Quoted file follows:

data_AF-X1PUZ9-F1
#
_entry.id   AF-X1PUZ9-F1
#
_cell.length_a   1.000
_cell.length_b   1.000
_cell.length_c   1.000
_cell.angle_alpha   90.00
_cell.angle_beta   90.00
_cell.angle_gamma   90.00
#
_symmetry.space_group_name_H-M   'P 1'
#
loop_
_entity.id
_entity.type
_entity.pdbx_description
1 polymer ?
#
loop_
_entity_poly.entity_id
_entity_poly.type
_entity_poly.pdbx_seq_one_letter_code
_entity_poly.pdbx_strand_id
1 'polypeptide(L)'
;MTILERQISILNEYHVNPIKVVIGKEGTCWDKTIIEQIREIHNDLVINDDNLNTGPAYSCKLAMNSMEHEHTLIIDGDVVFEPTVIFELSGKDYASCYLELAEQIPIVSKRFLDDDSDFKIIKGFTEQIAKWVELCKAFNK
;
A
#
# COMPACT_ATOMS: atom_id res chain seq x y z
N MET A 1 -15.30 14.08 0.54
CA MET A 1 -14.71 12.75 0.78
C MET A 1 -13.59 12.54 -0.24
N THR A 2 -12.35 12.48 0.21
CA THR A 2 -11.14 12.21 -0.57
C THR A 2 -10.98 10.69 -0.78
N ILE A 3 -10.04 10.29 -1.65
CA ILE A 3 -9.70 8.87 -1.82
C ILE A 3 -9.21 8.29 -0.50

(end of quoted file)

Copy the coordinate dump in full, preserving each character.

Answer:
data_AF-X1PUZ9-F1
#
_entry.id   AF-X1PUZ9-F1
#
_cell.length_a   1.000
_cell.length_b   1.000
_cell.length_c   1.000
_cell.angle_alpha   90.00
_cell.angle_beta   90.00
_cell.angle_gamma   90.00
#
_symmetry.space_group_name_H-M   'P 1'
#
loop_
_entity.id
_entity.type
_entity.pdbx_description
1 polymer ?
#
loop_
_entity_poly.entity_id
_entity_poly.type
_entity_poly.pdbx_seq_one_letter_code
_entity_poly.pdbx_strand_id
1 'polypeptide(L)'
;MTILERQISILNEYHVNPIKVVIGKEGTCWDKTIIEQIREIHNDLVINDDNLNTGPAYSCKLAMNSMEHEHTLIIDGDVVFEPTVIFELSGKDYASCYLELAEQIPIVSKRFLDDDSDFKIIKGFTEQIAKWVELCKAFNK
;
A
#
# COMPACT_ATOMS: atom_id res chain seq x y z
N MET A 1 -15.30 14.08 0.54
CA MET A 1 -14.71 12.75 0.78
C MET A 1 -13.59 12.54 -0.24
N THR A 2 -12.35 12.48 0.21
CA THR A 2 -11.14 12.21 -0.57
C THR A 2 -10.98 10.69 -0.78
N ILE A 3 -10.04 10.29 -1.65
CA ILE A 3 -9.70 8.87 -1.82
C ILE A 3 -9.21 8.29 -0.50